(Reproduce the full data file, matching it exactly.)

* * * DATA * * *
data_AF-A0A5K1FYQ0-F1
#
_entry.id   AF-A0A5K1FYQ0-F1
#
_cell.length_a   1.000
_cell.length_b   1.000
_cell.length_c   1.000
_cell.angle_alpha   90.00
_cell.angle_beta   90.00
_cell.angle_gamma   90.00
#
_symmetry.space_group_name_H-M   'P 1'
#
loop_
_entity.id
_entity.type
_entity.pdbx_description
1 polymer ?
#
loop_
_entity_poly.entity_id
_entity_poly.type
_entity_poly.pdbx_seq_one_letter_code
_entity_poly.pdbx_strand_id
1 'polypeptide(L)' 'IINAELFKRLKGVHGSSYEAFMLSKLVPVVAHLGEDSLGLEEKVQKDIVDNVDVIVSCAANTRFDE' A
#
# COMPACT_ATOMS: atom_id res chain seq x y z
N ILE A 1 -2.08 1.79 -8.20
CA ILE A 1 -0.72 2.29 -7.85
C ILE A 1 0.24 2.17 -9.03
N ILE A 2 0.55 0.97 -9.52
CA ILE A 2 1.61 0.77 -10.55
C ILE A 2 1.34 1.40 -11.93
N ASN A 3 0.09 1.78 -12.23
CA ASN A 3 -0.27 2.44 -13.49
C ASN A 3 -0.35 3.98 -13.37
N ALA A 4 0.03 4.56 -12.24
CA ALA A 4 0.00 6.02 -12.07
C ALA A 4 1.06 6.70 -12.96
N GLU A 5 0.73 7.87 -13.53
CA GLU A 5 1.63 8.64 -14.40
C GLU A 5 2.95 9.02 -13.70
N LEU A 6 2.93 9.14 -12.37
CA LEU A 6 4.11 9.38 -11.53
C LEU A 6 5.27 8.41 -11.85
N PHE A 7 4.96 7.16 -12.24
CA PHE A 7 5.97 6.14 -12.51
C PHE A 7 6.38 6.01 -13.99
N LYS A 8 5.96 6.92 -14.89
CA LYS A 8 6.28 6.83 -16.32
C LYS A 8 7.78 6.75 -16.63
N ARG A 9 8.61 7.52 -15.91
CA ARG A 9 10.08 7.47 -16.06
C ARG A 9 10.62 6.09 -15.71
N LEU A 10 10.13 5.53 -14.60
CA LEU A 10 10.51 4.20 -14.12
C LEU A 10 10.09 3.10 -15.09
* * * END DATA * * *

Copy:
data_AF-A0A5K1FYQ0-F1
#
_entry.id   AF-A0A5K1FYQ0-F1
#
_cell.length_a   1.000
_cell.length_b   1.000
_cell.length_c   1.000
_cell.angle_alpha   90.00
_cell.angle_beta   90.00
_cell.angle_gamma   90.00
#
_symmetry.space_group_name_H-M   'P 1'
#
loop_
_entity.id
_entity.type
_entity.pdbx_description
1 polymer ?
#
loop_
_entity_poly.entity_id
_entity_poly.type
_entity_poly.pdbx_seq_one_letter_code
_entity_poly.pdbx_strand_id
1 'polypeptide(L)' 'IINAELFKRLKGVHGSSYEAFMLSKLVPVVAHLGEDSLGLEEKVQKDIVDNVDVIVSCAANTRFDE' A
#
# COMPACT_ATOMS: atom_id res chain seq x y z
N ILE A 1 -2.08 1.79 -8.20
CA ILE A 1 -0.72 2.29 -7.85
C ILE A 1 0.24 2.17 -9.03
N ILE A 2 0.55 0.97 -9.52
CA ILE A 2 1.61 0.77 -10.55
C ILE A 2 1.34 1.40 -11.93
N ASN A 3 0.09 1.78 -12.23
CA ASN A 3 -0.27 2.44 -13.49
C ASN A 3 -0.35 3.98 -13.37
N ALA A 4 0.03 4.56 -12.24
CA ALA A 4 0.00 6.02 -12.07
C ALA A 4 1.06 6.70 -12.96
N GLU A 5 0.73 7.87 -13.53
CA GLU A 5 1.63 8.64 -14.40
C GLU A 5 2.95 9.02 -13.70
N LEU A 6 2.93 9.14 -12.37
CA LEU A 6 4.11 9.38 -11.53
C LEU A 6 5.27 8.41 -11.85
N PHE A 7 4.96 7.16 -12.24
CA PHE A 7 5.97 6.14 -12.51
C PHE A 7 6.38 6.01 -13.99
N LYS A 8 5.96 6.92 -14.89
CA LYS A 8 6.28 6.83 -16.32
C LYS A 8 7.78 6.75 -16.63
N ARG A 9 8.61 7.52 -15.91
CA ARG A 9 10.08 7.47 -16.06
C ARG A 9 10.62 6.09 -15.71
N LEU A 10 10.13 5.53 -14.60
CA LEU A 10 10.51 4.20 -14.12
C LEU A 10 10.09 3.10 -15.09